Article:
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Missional Conversations – A Dialogue between Theory and Praxis in World Mission 



Collection of thoughtful essays representing some current thinking and practice on a range of important missional topics

 

Missional ConversationsMissional Conversations – A Dialogue between Theory and Praxis in World Mission
Edited by Cathy Ross & Colin Smith
SCM Press
ISBN: 9780334057062
Reviewed by: Stuart Murray Williams


In recent writings ‘mission as conversation’ has become increasingly popular as a way of understanding the stance, tone, attitude and approach of those engaged in various forms of missional activity. This collection of essays embraces this understanding and adopts it as a format for exploring a range of contemporary missional issues, contexts, challenges and responses. On each topic two contributors offer essays that separately and together reflect on theological, cultural and practical aspects of their subject, engaging in dialogue with each other and interweaving theology and experience.

The mission contexts the book addresses are the environment, migration, interfaith issues, economic disparity and urbanization. Contemporary expressions of mission it explores are community, new forms of church, southern mission movements and innovation. The concluding chapter is presented as a conversation on the intersection of mission and imagination. It is followed by an epilogue that offers various resources for developing and sustaining a missional spirituality.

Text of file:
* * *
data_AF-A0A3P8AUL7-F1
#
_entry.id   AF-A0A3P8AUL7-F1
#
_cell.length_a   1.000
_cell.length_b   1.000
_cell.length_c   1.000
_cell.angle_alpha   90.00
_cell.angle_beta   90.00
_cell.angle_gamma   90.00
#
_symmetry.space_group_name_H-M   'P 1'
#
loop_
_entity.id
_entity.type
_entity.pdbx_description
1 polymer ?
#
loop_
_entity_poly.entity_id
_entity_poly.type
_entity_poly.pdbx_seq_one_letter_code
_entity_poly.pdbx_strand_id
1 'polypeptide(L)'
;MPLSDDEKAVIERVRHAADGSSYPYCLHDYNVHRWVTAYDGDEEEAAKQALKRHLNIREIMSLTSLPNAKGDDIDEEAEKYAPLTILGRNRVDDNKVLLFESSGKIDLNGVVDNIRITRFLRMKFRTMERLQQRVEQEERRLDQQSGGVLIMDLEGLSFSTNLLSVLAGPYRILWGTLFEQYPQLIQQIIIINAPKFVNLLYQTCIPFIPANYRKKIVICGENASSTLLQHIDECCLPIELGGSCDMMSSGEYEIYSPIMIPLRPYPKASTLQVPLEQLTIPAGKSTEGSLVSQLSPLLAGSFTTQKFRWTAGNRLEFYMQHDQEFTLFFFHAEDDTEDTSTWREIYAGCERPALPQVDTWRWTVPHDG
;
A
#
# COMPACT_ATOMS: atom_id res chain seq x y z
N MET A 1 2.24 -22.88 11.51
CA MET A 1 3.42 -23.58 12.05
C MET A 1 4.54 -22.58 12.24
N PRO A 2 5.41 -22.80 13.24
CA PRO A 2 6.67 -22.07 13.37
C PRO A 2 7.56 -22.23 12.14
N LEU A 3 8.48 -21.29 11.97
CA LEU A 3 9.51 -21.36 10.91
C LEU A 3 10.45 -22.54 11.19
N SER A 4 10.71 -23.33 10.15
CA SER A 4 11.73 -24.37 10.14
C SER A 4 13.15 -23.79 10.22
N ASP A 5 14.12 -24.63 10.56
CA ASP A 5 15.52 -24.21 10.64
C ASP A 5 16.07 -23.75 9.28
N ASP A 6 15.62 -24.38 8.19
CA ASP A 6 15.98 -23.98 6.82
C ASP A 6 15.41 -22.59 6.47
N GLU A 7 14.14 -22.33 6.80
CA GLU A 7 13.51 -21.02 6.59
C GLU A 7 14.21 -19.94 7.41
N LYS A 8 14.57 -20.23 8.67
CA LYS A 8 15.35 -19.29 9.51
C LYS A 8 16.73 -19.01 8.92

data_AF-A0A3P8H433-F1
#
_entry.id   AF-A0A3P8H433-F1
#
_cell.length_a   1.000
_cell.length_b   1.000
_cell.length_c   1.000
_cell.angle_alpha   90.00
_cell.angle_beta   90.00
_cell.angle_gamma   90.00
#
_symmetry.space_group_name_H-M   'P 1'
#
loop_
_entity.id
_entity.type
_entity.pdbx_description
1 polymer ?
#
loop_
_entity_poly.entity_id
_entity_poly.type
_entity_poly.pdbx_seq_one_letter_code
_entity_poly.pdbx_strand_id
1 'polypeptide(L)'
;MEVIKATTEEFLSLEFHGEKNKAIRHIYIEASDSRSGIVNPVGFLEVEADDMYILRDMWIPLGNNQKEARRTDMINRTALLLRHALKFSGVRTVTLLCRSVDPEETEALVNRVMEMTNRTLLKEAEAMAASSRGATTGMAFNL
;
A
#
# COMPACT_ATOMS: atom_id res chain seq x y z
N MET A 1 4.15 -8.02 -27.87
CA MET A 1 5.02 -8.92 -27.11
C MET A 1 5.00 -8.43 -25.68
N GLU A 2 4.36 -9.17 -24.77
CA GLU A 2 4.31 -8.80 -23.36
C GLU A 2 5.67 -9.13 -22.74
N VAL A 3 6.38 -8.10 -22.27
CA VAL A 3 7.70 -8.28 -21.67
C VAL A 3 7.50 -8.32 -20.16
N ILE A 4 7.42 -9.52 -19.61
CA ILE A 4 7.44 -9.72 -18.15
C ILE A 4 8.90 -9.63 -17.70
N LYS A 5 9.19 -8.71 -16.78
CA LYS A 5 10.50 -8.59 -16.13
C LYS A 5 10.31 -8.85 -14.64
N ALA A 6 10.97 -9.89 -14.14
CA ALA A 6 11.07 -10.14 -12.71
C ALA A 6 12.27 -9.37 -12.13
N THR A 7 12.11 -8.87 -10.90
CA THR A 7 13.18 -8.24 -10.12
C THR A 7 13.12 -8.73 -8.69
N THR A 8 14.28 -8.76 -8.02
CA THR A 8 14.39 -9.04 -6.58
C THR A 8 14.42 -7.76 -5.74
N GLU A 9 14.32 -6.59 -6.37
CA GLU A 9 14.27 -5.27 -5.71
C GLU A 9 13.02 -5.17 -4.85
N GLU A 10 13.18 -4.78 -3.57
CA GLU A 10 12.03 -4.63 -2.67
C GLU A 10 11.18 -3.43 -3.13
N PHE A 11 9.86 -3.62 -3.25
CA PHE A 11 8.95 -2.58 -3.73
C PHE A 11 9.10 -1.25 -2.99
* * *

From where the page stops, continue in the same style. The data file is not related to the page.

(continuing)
As usual in a collection of essays by various writers, some contributions resonate more strongly with a reviewer than others. While this collection is not ground-breaking, it does represent some current thinking and practice on a range of important missional topics. It is certainly encouraging to encounter the range of topics under discussion, not least in the chapters on migration, economic and interfaith issues. Perhaps a surprising omission is a chapter on evangelism. Previously evangelism may have dominated some discussions of mission, but there are signs that this aspect of Missio Dei is becoming marginal. It would be helpful to understand why this is and how evangelism can be re-envisioned in theory and practice.

The mix of theory and experience generally works well, and the editors have managed to draw together a good range of authors – women and men, experienced and those who are less experienced, of different ethnicities and from different contexts. Although not all are Anglicans, most are and several, including the editors, are connected with CMS.

The essays are thoughtful and well researched but also accessible to non-specialists, readable and mostly engaging. They will hopefully invite readers into their conversations and spur them to explore further these and other missional topics.


Stuart Murray Williams is one of the coordinators of Urban Expression and director of the Centre for Anabaptist Studies at Bristol Baptist College 



 
Baptist Times, 26/04/2019
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